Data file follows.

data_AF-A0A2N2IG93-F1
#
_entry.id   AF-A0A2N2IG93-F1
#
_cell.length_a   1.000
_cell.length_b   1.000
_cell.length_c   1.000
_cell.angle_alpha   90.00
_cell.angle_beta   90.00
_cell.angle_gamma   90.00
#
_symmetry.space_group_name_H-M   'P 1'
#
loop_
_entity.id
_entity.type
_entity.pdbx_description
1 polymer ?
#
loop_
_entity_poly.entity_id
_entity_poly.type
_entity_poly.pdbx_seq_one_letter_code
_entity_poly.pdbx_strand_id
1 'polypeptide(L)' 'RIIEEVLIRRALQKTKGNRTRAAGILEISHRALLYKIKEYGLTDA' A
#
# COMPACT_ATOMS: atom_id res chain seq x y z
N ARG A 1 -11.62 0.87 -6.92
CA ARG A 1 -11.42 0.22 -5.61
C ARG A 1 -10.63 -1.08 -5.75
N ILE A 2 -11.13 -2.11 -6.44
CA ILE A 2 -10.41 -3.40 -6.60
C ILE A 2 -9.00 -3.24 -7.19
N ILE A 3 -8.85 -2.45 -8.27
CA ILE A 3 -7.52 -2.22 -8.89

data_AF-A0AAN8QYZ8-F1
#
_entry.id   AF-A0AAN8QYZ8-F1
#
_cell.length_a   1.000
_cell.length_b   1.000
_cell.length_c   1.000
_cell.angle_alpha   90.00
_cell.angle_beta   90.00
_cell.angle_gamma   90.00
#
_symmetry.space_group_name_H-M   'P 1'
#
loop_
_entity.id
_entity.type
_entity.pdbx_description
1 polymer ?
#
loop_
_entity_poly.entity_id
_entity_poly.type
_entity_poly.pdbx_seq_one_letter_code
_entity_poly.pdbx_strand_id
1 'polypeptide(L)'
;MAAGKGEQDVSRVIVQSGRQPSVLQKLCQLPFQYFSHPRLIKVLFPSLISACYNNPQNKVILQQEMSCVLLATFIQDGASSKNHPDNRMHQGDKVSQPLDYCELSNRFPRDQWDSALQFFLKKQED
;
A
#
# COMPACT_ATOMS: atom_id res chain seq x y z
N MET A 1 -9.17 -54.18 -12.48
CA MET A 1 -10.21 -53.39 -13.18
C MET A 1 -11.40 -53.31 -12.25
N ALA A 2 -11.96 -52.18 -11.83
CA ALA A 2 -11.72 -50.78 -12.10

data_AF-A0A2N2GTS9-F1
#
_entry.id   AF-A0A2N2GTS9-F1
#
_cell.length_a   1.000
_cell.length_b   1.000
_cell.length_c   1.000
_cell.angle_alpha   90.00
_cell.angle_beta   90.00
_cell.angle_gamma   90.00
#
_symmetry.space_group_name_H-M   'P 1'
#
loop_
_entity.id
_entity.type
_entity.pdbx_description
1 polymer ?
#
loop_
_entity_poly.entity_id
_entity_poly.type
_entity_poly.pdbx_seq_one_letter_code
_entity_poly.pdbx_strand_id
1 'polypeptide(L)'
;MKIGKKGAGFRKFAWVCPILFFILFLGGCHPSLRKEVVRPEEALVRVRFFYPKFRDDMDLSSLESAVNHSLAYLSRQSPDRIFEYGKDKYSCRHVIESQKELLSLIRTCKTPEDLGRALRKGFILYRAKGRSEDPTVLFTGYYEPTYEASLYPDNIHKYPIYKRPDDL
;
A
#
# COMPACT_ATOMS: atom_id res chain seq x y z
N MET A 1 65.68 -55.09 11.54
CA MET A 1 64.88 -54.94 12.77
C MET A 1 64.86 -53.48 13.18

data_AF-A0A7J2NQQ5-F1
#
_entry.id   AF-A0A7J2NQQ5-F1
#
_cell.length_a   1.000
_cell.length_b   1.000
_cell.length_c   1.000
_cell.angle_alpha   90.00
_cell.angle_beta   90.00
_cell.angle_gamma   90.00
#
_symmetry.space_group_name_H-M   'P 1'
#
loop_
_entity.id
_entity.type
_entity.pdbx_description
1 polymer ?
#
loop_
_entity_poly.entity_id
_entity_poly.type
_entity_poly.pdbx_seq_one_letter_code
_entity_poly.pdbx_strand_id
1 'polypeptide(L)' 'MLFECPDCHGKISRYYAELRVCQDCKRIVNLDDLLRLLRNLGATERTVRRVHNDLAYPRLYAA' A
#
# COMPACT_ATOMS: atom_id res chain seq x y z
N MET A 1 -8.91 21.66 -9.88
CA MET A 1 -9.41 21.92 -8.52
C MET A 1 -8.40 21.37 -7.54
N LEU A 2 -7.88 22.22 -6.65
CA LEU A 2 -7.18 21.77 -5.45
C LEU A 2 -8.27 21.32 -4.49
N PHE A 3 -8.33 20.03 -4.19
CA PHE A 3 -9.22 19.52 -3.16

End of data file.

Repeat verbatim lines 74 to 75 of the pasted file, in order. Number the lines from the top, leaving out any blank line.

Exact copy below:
#
_cell.length_a   1.000